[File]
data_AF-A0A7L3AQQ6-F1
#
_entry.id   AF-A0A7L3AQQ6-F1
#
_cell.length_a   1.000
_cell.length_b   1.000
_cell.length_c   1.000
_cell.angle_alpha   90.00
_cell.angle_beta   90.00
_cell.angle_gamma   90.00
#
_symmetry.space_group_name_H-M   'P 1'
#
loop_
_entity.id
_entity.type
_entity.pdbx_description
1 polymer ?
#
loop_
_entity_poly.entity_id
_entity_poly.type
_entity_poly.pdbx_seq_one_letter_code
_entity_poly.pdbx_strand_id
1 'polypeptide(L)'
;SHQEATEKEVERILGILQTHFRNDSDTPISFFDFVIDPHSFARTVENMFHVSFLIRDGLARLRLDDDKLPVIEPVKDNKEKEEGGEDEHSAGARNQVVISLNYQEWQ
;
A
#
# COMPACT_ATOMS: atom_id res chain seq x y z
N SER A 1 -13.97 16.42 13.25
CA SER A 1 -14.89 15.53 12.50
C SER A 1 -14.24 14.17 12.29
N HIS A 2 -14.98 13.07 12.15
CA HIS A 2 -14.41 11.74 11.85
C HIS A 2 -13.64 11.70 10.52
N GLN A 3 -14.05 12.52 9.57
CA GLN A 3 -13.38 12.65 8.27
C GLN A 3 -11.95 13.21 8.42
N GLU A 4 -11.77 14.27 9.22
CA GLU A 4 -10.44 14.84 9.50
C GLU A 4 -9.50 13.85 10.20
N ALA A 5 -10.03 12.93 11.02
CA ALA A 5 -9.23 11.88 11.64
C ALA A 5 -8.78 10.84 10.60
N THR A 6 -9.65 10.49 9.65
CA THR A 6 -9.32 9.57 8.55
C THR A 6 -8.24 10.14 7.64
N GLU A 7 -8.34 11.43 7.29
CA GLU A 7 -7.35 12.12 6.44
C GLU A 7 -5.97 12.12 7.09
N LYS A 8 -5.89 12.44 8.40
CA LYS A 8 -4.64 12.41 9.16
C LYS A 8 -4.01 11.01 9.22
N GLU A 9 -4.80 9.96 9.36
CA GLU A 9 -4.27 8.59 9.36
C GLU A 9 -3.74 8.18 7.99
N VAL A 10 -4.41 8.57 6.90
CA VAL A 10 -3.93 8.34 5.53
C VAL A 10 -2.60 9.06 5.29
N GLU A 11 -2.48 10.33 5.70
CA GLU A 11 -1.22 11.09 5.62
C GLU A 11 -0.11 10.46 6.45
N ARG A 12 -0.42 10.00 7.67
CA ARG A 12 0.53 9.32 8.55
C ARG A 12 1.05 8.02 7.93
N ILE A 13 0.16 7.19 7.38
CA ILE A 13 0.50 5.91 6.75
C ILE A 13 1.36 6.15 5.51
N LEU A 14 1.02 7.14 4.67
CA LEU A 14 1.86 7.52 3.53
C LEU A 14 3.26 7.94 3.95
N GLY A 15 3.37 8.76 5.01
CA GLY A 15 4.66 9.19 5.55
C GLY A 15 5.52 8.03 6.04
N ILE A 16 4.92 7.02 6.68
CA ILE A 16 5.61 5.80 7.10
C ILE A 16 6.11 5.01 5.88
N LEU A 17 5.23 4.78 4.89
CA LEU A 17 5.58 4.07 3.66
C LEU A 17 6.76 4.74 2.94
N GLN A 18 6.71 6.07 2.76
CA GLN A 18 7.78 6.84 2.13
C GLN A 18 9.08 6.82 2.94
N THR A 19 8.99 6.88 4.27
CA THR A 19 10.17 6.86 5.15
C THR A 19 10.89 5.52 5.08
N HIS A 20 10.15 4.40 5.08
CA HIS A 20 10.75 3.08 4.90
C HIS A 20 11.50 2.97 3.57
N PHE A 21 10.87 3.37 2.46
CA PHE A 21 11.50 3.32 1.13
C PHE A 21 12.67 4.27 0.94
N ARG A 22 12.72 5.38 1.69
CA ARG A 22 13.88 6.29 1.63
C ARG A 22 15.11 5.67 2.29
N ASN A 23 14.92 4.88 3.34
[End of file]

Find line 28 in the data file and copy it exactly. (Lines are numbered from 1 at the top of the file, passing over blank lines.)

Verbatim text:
A